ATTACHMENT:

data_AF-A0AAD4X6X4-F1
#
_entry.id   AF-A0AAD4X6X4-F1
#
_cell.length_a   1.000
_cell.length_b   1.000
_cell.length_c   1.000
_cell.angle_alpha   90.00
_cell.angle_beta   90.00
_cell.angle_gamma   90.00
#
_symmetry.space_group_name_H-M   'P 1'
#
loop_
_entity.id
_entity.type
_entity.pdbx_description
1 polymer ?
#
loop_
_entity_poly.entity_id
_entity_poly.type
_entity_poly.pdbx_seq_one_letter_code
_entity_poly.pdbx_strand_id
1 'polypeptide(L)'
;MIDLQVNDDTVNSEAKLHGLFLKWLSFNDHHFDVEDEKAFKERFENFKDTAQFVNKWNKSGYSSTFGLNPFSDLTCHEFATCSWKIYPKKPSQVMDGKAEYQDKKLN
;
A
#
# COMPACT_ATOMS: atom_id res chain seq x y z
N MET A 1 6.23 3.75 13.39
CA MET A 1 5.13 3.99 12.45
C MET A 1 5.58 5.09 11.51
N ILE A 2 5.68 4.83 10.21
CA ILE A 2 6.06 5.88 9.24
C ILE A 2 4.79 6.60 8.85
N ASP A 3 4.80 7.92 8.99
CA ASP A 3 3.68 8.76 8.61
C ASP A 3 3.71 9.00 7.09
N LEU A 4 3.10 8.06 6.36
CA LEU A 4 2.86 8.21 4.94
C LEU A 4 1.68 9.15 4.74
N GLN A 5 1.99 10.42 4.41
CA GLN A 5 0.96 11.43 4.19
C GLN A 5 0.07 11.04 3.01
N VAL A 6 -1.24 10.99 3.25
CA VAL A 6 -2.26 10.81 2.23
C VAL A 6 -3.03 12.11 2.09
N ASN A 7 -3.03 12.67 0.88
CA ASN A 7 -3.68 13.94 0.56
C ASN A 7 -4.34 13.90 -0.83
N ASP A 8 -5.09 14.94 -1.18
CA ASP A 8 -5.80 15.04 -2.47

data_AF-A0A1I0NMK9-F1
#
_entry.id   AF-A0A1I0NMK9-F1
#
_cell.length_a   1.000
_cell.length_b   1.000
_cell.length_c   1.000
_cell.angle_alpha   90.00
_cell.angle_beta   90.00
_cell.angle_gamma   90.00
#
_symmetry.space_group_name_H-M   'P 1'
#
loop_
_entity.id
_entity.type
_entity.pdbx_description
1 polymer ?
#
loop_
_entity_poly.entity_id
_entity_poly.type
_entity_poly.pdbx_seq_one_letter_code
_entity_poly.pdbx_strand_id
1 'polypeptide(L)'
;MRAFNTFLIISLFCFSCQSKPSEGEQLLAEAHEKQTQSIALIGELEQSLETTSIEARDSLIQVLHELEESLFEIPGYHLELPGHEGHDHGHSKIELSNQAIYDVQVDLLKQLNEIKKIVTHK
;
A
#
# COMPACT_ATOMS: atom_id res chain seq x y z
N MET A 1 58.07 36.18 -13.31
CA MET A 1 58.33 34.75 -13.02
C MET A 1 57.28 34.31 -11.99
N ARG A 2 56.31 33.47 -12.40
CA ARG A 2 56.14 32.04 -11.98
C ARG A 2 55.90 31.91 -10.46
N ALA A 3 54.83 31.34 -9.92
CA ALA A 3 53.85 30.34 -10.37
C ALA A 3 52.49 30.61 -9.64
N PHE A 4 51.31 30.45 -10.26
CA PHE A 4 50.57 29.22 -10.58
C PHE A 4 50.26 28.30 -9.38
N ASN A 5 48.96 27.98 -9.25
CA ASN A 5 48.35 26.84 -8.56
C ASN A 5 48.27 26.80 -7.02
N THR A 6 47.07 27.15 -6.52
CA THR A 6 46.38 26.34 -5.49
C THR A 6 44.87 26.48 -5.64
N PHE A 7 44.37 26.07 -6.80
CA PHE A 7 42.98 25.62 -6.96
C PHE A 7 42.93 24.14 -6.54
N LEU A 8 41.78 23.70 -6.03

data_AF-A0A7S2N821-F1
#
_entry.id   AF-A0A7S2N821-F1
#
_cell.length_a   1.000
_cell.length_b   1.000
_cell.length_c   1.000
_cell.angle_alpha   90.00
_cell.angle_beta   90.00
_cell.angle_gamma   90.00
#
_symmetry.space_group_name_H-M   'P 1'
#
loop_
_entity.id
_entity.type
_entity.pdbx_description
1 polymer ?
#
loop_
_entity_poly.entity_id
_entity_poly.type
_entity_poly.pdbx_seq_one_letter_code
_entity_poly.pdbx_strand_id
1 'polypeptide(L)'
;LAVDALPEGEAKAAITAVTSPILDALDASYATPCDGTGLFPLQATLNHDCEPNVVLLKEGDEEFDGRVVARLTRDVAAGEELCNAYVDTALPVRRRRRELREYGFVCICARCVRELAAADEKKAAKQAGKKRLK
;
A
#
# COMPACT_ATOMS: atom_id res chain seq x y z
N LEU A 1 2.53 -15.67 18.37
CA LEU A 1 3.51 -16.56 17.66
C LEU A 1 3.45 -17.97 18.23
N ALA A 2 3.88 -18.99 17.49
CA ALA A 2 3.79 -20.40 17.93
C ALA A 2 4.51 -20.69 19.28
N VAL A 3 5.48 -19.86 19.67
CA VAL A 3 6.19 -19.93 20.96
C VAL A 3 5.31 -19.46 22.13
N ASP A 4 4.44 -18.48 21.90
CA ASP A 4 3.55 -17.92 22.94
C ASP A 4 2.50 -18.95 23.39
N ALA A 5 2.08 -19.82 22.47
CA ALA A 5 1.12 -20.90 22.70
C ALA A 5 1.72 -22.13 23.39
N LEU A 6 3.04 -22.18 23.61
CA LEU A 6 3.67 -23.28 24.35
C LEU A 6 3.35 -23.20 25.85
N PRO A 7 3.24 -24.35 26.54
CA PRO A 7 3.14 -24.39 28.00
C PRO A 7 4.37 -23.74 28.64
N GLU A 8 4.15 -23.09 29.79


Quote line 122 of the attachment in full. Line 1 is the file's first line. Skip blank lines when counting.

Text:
_entity.pdbx_description